His eyes drooped and his shoulders sagged.
Christmas was coming, and he and his wife were stranded. They had no money. They had no gas. And their home in Tulsa was 90 miles away.
He asked our family if we could help them get home in time for the holiday. They just needed three gallons of gas — less than $10.
I told him we didn't have any extra money, but he should call Upward Transitions, a nonprofit with a program that helps stranded travelers.
We walked into the store, and I felt a little guilty, knowing I had $10 to spare.
Then my husband saw him: the man who minutes ago begged for mercy in the cold.
He was asking his wife what kind of computer cord she needed.
He bounded off to the electronics section. She stood in the returns line with an armful of items to return, talking loudly about how they were having trouble with their home computer.
I gave her the evil eye.
Then I announced loudly that I wouldn't say anything about how horrible it was to try to scam people, especially during the holidays.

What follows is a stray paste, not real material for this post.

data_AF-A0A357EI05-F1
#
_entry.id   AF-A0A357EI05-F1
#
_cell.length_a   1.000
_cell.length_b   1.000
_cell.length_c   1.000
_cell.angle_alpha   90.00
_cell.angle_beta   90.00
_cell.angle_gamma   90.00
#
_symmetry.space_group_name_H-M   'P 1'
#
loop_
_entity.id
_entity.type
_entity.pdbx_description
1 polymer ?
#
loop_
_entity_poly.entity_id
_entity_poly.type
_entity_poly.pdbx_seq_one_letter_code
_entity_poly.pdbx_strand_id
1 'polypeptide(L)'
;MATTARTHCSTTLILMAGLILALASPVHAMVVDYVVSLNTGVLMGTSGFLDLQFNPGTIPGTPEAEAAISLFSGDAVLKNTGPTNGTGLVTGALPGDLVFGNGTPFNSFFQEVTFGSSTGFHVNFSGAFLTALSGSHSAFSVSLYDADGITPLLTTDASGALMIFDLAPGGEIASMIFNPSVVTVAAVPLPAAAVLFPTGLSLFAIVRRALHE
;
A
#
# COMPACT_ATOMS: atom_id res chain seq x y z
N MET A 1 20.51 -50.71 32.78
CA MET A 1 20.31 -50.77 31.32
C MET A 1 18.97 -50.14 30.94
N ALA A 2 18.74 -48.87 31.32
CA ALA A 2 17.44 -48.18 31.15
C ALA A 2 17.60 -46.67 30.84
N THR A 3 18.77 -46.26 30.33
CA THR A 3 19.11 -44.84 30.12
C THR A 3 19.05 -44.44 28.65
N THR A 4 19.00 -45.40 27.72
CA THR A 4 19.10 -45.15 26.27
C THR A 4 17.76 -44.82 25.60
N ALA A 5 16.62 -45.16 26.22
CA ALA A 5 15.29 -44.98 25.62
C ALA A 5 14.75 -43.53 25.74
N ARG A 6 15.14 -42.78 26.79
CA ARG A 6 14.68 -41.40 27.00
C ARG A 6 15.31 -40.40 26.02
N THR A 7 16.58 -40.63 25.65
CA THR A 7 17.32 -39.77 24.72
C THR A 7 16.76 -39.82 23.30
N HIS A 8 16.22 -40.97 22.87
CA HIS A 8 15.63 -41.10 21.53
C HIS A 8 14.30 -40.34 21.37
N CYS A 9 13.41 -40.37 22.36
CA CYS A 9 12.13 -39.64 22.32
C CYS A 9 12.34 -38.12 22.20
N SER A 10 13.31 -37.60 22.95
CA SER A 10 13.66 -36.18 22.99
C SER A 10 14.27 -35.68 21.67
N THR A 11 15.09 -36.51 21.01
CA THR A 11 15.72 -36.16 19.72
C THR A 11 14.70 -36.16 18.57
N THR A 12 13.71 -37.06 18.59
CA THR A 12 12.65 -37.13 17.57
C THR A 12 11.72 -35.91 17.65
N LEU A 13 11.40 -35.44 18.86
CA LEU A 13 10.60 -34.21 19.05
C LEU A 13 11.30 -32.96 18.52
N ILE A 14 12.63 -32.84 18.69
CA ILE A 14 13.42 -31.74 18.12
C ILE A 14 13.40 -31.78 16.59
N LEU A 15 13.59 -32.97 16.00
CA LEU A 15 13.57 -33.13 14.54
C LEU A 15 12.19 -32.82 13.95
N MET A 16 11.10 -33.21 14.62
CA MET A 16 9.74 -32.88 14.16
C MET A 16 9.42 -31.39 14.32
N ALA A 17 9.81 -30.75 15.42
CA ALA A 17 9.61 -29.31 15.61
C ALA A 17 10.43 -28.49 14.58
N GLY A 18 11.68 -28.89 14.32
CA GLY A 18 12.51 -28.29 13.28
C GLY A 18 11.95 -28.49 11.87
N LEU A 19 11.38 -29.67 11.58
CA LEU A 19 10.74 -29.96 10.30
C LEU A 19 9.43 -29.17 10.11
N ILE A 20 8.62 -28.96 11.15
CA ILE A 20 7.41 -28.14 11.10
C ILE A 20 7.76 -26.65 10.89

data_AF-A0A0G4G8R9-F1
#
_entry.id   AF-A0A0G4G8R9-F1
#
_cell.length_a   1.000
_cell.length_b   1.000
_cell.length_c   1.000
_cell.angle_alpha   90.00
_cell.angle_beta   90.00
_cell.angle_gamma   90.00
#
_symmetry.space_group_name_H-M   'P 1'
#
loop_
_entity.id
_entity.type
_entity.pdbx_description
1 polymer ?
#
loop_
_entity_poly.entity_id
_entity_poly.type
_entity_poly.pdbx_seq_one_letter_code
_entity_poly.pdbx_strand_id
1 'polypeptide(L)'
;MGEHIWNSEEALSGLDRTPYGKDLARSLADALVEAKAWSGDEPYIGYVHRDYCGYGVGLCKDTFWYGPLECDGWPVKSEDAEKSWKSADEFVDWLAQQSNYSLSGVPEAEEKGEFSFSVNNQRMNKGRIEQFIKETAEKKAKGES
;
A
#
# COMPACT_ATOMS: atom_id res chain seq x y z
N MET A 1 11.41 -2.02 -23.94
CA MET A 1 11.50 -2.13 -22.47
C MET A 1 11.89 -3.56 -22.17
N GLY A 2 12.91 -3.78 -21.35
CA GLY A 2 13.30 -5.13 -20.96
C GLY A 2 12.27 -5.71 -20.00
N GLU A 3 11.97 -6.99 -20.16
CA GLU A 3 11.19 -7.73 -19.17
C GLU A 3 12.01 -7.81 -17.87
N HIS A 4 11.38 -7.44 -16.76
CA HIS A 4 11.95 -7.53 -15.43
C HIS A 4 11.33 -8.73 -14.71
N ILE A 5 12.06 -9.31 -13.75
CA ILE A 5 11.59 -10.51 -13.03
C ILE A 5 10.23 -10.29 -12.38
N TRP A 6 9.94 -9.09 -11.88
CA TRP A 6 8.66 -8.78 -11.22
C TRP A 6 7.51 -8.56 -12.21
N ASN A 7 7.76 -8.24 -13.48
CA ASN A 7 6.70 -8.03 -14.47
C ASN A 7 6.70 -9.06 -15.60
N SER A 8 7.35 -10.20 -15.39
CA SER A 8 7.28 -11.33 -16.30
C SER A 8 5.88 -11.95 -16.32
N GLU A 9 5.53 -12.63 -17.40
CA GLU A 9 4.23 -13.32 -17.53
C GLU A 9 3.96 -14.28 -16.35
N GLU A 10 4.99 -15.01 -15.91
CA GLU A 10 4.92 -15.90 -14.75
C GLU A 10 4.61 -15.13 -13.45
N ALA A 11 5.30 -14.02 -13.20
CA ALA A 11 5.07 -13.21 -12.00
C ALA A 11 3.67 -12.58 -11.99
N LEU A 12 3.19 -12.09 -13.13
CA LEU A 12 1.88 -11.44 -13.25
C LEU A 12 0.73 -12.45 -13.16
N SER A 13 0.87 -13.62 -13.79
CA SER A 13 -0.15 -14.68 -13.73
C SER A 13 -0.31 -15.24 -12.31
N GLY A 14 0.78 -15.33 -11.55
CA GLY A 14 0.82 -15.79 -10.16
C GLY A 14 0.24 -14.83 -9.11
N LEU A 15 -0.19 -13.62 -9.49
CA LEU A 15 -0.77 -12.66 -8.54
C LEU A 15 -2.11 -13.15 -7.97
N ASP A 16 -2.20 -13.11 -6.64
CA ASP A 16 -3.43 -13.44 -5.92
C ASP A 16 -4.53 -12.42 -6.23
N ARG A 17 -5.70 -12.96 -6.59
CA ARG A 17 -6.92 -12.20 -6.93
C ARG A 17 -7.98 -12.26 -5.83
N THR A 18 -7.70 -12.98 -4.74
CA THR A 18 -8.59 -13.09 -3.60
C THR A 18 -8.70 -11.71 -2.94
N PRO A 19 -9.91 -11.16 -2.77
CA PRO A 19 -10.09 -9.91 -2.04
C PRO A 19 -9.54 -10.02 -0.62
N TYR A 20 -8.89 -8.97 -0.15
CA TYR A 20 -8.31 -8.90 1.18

I continued giving the evil eye — even eviler than before.
I'm pretty sure my husband shuffled away from me so people wouldn't think we were together.
Plenty of scammers like to take advantage of the kindness of others, and the best way to prevent it is to look to agencies that help people who are actually in need.
Upward Transitions caseworkers check out every client who needs transportation assistance, said Terri Womack, community outreach program director at Upward Transitions.
Drivers have to have licenses and insurance. Travelers who receive bus tickets have to have a specific destination and a place to stay when they get there. And they have to show the reason they're stranded.
It's hard to do that kind of fact-checking when you're approached by a supposedly stranded traveler. People who want to help should refer them to Upward Transitions, Womack said. The office is at 1033 N Walker. The phone number is 232-5507.
“If they're wanting to help,” she said, “it's better to refer them to our agency. We try to verify their situation.”
Then they can verify that the guy headed to Tulsa was really just headed to the electronics department. And I won't have to embarrass my husband in public.